A wartime photograph of Harold Fairfield while serving with 443 Squadron RCAF. [Image via Fairfield family]

Hal Fairfield was a highly experienced fighter pilot. He had cut his teeth on single engine fighters in late 1942/early 1943, flying Hawker Hurricanes with 129 Squadron RCAF from RCAF Dartmouth in Halifax, Nova Scotia. (Interestingly, one of the fighters he flew with 129 Sqn also survives today, this being Hurricane Mk.XII RCAF 5667, which is presently operated by the Military Aviation Museum in Virginia Beach, Virginia.) In mid-1943, Fairfield transferred to 127 Sqn RCAF, flying coastal patrols from RCAF Gander in Newfoundland. In January 1944, Harold Fairfield travelled to the UK aboard the SS Pasteur along with the rest of 127 Sqn. Once in England, 127 reformed as 443 Sqn. They were soon taking the fight to the enemy, making regular trips over the channel to soften up coastal defenses in France. They participated in the D-Day landings as well, with Fairfield and his squadron-mates protecting the skies over Juno Beach, the Canadian beachhead in Normandy.

A Supermarine Spitfire Mark IX of 443 Squadron RCAF taxies to dispersal along the perimeter track at B2/Bazenville in Normandy, France alongside a cornfield where farmers are gathering wheat with a horse-drawn harvester and binder. [Image via Wikimedia]

Fast forward to January 13th, 1945, when 443 Squadron had repositioned to Belgium. Hal Fairfield flew MJ444 on a ground attack sortie this day during the Battle of the Bulge. On the return trip home, having helped his squadron take out five enemy vehicles (and damaging a further twenty five) near St. Vith, Belgium, Fairfield’s fighter began trailing engine coolant. MJ444 must have sustained ground-fire damage during the fight, but without Fairfield realizing it, as it was 443’s Squadron leader, Thomas Decourcy, who first noticed the problem. Fairfield nursed his crippled Spitfire as long as he could, managing to pass back over friendly lines before the inevitable engine fire erupted and forced him to bail out. Fairfield made it down safely, although not without incident; his parachute snagged a tree. Thankfully a local farmer brought along a ladder and helped rescue the stranded pilot from his awkward perch. A short while later, a U.S. soldier took Fairfield back to base in his jeep.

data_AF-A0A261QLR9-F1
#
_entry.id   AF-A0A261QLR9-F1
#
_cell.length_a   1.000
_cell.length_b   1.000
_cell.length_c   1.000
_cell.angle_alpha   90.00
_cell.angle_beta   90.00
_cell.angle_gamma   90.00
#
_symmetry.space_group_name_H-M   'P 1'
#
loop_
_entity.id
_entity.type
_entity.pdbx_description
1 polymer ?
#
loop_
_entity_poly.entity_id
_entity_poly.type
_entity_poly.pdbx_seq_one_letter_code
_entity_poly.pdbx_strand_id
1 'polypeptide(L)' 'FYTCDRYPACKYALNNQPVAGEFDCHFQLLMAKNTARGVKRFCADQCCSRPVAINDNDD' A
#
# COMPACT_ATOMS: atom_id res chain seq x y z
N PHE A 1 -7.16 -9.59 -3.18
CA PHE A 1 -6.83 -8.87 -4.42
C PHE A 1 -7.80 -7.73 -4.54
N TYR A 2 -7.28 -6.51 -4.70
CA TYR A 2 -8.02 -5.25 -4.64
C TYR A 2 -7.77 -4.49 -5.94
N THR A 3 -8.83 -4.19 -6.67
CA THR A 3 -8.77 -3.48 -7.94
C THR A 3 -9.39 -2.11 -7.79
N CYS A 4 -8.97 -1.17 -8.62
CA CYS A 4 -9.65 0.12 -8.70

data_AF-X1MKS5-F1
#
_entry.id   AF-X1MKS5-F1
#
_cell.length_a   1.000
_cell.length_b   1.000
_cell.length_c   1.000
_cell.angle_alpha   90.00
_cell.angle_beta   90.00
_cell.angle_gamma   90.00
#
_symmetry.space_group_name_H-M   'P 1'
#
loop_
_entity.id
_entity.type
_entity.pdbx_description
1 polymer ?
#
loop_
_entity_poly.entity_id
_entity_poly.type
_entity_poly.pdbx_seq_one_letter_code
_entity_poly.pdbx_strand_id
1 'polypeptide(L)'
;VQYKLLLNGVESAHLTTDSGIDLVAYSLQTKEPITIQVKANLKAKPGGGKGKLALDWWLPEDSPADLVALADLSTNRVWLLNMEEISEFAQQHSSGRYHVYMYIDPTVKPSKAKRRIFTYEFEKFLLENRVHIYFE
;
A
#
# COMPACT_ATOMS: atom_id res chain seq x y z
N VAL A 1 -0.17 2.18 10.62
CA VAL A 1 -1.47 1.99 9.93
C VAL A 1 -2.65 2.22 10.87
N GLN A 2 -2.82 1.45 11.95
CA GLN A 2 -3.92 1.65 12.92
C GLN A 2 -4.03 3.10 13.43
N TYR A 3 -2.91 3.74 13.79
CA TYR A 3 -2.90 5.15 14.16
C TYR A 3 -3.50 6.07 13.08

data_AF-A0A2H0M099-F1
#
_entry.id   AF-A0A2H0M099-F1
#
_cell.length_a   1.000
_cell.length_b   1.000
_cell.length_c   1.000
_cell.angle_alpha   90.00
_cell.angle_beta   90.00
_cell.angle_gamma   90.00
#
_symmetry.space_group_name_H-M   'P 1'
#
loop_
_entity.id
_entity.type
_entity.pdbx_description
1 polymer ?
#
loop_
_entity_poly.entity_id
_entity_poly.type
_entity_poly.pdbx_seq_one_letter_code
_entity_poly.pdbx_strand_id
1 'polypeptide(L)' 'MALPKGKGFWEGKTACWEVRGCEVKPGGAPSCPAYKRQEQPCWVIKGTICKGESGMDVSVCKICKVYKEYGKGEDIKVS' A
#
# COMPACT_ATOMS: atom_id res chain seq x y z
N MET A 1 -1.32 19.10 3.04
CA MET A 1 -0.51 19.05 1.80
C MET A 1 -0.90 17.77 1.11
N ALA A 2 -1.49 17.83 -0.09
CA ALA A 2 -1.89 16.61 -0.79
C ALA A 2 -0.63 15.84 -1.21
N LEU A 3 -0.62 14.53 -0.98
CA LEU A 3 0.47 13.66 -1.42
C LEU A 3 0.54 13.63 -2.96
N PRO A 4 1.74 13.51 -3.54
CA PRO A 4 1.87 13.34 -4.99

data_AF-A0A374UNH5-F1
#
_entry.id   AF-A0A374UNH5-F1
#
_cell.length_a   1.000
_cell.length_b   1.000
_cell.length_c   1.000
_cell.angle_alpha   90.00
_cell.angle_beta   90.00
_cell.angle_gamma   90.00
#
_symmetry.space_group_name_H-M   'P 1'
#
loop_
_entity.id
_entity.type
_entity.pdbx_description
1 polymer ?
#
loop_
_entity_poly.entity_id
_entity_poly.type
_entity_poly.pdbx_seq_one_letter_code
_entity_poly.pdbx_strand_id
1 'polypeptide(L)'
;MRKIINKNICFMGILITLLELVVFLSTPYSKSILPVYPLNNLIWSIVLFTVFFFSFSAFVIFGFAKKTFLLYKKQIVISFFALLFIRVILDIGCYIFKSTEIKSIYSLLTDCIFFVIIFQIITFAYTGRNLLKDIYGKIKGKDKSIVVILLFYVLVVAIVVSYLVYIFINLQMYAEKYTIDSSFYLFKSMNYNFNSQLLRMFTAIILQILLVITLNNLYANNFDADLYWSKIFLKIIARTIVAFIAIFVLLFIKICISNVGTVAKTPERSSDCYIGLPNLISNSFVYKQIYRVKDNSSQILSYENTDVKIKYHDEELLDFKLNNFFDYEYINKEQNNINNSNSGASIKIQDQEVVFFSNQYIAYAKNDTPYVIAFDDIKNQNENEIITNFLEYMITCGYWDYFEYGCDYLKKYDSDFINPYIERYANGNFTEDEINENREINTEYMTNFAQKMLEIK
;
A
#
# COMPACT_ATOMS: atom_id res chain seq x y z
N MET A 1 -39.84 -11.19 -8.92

The page in Harold Fairfield’s logbook which depicts the mission he flew in MJ444 on January 13th, 1945 – note the amusingly understated remark “Bailed Out” to the right of the entry. MJ444 bore the squadron code 2I-A that day. Interestingly, Fairfield was flying combat again just a week later in a replacement Spitfire also coded 2I-A, but this time a Mk.XVI. [Image by Steve Daoust/Fairfield family]

MJ444 wasn’t so lucky as Fairfield, of course, burying itself into the Belgian mud, where it lay until an aviation archeology team located and dug up what remained in 2020. What they found now serves as the basis for Aero Legends’ resurrection of MJ444 – albeit in two-seat form. We can’t wait to see the aircraft take flight – and the same is true for Fairfield’s family in Canada.

MJ444’s Merlin engine emerging from the mud in Belgium during 2020. [Image via Steve Daoust]

Hal Fairfield survived WW2 and married his wartime sweetheart, Sylvia Gething, who had served with the Women’s Royal Naval Service as a Rotor Print Operator with the Admiralty Signals and Radar Establishment in Haslemere, Surrey between 1943 and 1945. Returning to Canada after the war, they raised four children and lived a happy life in Cardinal, Ontario.

The author wishes to thank Steve Daoust very much for the details about his father-in-law, E.H. Fairfield in the preparation of this article.

Throughout the restoration process, Aero Legends has been working with Bicester-based film company Ralle, which has documented the early stages of the project with beautifully produced videos. Click the image below to watch all the episodes.

In honor of the 80th anniversary of D-Day, Aero Legends is proud to announce an exclusive opportunity to soar through history alongside the legendary C47/DC3 Dakota. To book your flight in this iconic aircraft visit

Aero Legends Offering Spitfire Flights Alongside C47/DC3 During D-Day 80th Celebrations


  1. Hello recwntly read about a tiger moth resto where they struggled getting obsolete British fastners. How did they manage to procure so much rare fastners?